As time passed, fewer and fewer people used the double-ended home style, but it never completely disappeared.

Why Should You Consider an H shaped House Plan?

H shaped house plans are not typical in 21st century America—but that doesn't mean they’re not gorgeous or that they can’t be practical. This type of home is an excellent choice for those with plenty of space to build.

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Additionally, double-ended homes accommodate large, growing families. Because you can create separate areas, they are also ideal for those who like to entertain guests.

If you are interested in this type of home, consider these questions:

  • Do you have a large, multi-generational family or do you plan for that in the future?
  • Do you have a large piece of property?
  • Do you like to entertain guests?
  • Do you want two different sides for your home?

The first three questions will have straightforward yes or no answers, but the final question requires a deeper dive into your lifestyle and living space requirements.

A traditional component of H-shaped homes is that each side of the house is for different activities.

For example, all the bedrooms are on one side, and storage, utility rooms, the kitchen, breakfast nook, and entertainment rooms are on the other. This type of layout creates split living, where you spend the evenings on one side, and your daytime activities mostly happen on the other side of the house.

Keep reading if you're interested in this layout or want to learn more about the unique features that make this type of house stand out from the rest of the neighborhood.

Features of Double-Ended House Plans

Even though H-shaped or double-ended buildings hearken back to older-style homes from times past, these houses are great for busy modern lifestyles because of their flexibility.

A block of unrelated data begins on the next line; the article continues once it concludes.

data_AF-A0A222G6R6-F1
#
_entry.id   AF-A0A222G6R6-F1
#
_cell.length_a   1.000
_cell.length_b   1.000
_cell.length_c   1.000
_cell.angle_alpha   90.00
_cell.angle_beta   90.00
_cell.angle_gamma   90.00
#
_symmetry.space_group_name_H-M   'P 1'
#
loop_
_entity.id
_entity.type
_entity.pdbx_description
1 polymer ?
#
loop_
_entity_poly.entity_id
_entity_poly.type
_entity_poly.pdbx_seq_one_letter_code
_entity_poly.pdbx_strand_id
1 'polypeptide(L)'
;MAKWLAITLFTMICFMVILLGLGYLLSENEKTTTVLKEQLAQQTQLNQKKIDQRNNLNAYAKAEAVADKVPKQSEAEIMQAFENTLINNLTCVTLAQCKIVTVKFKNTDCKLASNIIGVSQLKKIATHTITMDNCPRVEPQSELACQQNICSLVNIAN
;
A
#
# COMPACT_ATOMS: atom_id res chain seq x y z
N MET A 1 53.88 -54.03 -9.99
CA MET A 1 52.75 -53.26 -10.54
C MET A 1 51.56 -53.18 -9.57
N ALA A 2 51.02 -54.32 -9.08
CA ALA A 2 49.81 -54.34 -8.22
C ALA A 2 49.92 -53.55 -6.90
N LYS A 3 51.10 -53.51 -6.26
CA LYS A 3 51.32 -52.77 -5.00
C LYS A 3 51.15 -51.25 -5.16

When looking at double-ended house plans, the exterior features stand out because of their intriguing appearance, but the interior makes the most significant difference to your living experience.

To help you learn about the various features available in your floor plan, here's an in-depth look at the four main parts of your home and some customization options you can consider.

Entryway

When building an H-shaped home, you have a few choices for your entryway. Many homes use a simple foyer for the entrance.

If the entryway is only a foyer, it is narrow and abrupt. This space aims to welcome you into the home and then directs you to one of the two sides.

Quaint, compact foyers are an option, but many developers and designers opt for a more spacious entranceway to accentuate the middle space in the home—which is often a grand room or large living room.

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When the entryway joins a large room, like a great room, it expands into the center of the home. This space, known as the crossbar, then becomes the natural indoor gathering place for family members. As the crossbar of the home increases in size, so does the overall square footage and your flexibility.